Daenerys Targaryen cosplay dress photos

Finally got a bunch of photos from my friend in the Daenerys Targaryen dress I made her!

She said the costume was a BIG HIT at the convention, and that many people stopped to take photos. She was thrilled with it.

Now for the bad news.

You may notice how the front drape is white on this one, and not the ivory of the original dress:

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That’s because there was a little accident.

She got the hem of the dress caught in an escalator and it got some grease on the hem. Since she was away from home she brought it to a dry cleaner. (If she was at home I would have suggested soaking the hem in Oxy-clean.) I texted her a list of the fabrics used, and she meticiously wrote them down on the ticket, along with specifying that she only needed the hem cleaned up.

The next day I get a text message: “I’m so sad.” I was thinking did someone die? or I wonder if her ex proposed to his new girlfriend. Fortunately it was neither of those.

What had happened was the dry cleaner made a mistake. Rather than just treating the hem they must have thrown it into the perc bath with everything else, and the leather bled all over the silk and slightly tinted the rayon jersey. The silk was completely ruined. And on top of it the grease stain on the hem wasn’t out! She was beside herself because she felt awful that I spent that Sunday making the dress. She followed it up with saying that the dry cleaner wasn’t going to charge her and was going to do their best to get out the grease stain and find a replacement for the silk drape and sew it on. If they couldn’t do that they would pay her for the dress.

I told her the honest truth – that I wasn’t angry or upset, and Life Happens. If she needed it recreated it wouldn’t take nearly as much time because I had already figured out how to do it and wrote meticulous notes. She then got in touch with me later on and said the dress arrived back with a new drape sewed on and the grease stain was mostly gone. Crisis adverted.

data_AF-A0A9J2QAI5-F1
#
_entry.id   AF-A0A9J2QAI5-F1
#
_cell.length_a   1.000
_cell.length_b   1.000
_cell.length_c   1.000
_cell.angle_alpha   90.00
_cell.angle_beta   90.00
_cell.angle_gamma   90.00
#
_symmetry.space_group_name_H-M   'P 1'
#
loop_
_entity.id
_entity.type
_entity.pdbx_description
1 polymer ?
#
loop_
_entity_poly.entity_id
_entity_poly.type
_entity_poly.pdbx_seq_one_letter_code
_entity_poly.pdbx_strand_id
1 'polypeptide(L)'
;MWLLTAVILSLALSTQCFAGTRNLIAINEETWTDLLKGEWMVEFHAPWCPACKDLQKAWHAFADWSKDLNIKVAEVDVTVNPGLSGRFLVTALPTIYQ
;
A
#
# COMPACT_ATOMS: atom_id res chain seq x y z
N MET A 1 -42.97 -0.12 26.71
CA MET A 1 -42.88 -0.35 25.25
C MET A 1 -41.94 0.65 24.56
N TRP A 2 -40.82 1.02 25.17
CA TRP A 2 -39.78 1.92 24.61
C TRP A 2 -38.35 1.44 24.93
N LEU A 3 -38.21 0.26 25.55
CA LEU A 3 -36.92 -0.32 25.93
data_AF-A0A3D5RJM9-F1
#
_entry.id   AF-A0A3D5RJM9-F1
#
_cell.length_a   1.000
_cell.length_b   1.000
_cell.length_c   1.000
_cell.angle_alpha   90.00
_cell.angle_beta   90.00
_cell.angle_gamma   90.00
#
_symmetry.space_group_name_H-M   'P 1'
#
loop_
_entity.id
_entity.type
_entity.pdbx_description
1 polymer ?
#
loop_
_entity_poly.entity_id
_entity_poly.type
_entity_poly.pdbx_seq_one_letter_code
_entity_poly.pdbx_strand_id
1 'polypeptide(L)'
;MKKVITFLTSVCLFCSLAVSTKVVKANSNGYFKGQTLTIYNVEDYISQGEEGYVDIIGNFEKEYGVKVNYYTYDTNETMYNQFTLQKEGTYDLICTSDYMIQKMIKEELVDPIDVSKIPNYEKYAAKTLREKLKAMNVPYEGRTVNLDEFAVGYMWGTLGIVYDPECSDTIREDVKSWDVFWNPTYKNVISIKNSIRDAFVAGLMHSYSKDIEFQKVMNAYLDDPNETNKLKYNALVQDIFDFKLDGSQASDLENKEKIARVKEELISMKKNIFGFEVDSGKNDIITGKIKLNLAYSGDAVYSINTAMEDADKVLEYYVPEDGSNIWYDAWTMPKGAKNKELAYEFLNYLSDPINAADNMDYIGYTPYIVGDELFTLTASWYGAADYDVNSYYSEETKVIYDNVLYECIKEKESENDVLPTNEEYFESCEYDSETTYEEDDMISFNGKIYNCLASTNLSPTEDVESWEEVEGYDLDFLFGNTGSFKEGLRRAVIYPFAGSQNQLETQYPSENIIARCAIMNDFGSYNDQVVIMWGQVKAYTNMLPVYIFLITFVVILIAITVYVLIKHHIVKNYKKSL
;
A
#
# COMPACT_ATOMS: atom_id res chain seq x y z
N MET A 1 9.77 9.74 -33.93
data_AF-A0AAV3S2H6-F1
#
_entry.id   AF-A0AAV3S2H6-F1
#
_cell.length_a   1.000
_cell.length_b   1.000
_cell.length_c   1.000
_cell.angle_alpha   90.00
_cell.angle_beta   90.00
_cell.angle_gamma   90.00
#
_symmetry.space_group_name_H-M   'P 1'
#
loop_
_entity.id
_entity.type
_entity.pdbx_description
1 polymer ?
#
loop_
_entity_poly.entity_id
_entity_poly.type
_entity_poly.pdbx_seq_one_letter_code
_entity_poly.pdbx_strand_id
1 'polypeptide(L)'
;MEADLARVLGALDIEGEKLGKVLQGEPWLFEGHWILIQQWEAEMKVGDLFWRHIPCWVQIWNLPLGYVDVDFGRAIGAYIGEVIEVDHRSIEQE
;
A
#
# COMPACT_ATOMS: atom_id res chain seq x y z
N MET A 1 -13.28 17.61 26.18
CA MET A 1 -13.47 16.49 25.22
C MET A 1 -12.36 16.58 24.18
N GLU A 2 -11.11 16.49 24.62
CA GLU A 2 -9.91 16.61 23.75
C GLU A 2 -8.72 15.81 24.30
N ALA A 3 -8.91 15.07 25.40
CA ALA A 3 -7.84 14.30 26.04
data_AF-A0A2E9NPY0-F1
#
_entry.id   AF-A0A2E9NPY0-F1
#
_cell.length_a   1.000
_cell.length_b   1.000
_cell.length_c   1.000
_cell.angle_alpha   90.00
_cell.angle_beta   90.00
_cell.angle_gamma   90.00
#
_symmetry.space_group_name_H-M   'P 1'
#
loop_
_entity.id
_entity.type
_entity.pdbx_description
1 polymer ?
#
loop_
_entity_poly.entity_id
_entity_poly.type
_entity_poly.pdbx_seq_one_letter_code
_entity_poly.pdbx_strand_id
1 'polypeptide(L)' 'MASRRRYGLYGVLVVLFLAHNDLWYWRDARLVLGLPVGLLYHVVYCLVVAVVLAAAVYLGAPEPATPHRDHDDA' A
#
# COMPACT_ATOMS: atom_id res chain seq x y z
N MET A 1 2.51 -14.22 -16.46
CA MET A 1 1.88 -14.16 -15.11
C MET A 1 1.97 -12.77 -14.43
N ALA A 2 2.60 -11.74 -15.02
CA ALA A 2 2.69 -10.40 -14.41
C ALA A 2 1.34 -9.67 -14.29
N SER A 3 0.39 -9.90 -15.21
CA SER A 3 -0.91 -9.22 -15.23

Now you see why I don’t sew couture. I would be devastated if I spent 90 hours hand tailoring a French jacket and something happened to it…

Style Arc Emily Top

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The Emily top from Style Arc was the free pattern for July 2014. It is a knit tee with a yoke design line at the front and back, front pleated shoulder detail and elbow length sleeves. The back length out of the envelope is about 23.5″ for size 8. I would describe it as slightly fitted and fluid.

Style Arc recommends “knit jersey or baby wool.” I chose a lightweight and stretchy Italian rayon/lycra jersey from Sawyer Brook. It has a ton of drape, which I think suits the shoulder detail.

My fitting adjustments were:

  • Lengthened between shoulder and bust 1″
  • Added 2″ width to the sleeves at the bottom hem
  • Added 5″ width to the hips at the hemline
  • 3/8″ forward shoulder alteration
  • 3/4″ broad back adjustment. Lately I’ve been adding the width mostly to the middle of the back armhole rather than further below.

The toughest part of this top is definitely that front shoulder detail. Fortunately Chloe posted a really good tutorial on how to sew it.

I want to mention that I differed a little bit from the directions when it came to sewing the neckband in place in that I sewed the LEFT shoulder seam in place, stabilizing it with some clear elastic, but did NOT sew the right shoulder seam yet. (I know Style Arc has this in the instructions but it doesn’t need to be done yet!) Also, my binding didn’t want to stay in place so I topstitched it down after the top was finished with a narrow coverstitch, but it would have been easier to do at this point.

It was nice to not have a binding seam at the center back, but the problem is that now you have a slightly messy edge at the inner right shoulder. Here’s how you can neaten it up:

  1. After folding the pleat in place, pin the right back shoulder to the right front shoulder.
  2. Make sure the neckline binding edge and edge of the fold are perfectly lined up and stitch together. (I stabilized with clear elastic at the same time.) Leave a long serger tail at the inside neckline edge.
  3. When you’re done sewing the seam take that tail and pull it as much as you can back into the “ditch” of the shoulder seam (which should be pressed to the back) without folding the neckline edge. You want the seam allowance just slightly behind the inside neckline edge.
  4. Bartack it in place, trying to keep the serged seam just behind the neckline edge, and trim the tail.

Your neckline edge will look similar to how it is shown below. Since you bartacked that serger tail in place it will keep a clean neckline edge, the serger tail and clear elastic will be kept tucked out of the way, and the seam won’t unravel.

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I use this same technique when I sew panties since I find it easier to sew elastic in flat than in the round.

The neckline detail of this top is so interesting. I’m thinking of making this pattern again, but as a dress and maybe with long sleeves. Styled with a belt of course. I also see the possibility for a little bit of color blocking at the shoulder line…